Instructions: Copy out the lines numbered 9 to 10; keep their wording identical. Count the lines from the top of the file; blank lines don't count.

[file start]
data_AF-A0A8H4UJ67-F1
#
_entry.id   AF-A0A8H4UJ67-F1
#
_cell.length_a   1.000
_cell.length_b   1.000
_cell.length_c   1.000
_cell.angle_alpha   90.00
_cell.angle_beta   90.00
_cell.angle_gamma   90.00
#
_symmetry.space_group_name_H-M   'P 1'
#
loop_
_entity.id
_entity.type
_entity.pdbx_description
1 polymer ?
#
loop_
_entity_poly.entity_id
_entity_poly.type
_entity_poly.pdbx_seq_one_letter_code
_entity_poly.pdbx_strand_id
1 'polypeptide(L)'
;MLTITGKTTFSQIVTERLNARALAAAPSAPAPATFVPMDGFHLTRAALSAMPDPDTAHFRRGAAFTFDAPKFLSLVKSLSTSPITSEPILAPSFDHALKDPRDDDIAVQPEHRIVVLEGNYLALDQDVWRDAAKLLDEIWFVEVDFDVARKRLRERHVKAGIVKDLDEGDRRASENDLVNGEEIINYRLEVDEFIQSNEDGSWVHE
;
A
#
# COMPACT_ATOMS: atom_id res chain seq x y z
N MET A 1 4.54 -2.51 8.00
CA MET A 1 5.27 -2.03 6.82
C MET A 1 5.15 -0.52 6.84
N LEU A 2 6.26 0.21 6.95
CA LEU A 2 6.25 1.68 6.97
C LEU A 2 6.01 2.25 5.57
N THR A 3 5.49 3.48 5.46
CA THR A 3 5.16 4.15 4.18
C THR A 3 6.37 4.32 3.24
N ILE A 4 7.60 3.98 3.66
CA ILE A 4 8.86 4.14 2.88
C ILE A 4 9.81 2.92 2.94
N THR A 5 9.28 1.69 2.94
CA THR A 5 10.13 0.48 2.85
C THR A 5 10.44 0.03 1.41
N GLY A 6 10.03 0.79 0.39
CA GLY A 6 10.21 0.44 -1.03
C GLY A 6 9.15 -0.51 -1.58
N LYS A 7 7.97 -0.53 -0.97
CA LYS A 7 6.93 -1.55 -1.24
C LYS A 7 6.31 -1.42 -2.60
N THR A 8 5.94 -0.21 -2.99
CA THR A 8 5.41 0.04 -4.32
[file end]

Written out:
_cell.angle_beta   90.00
_cell.angle_gamma   90.00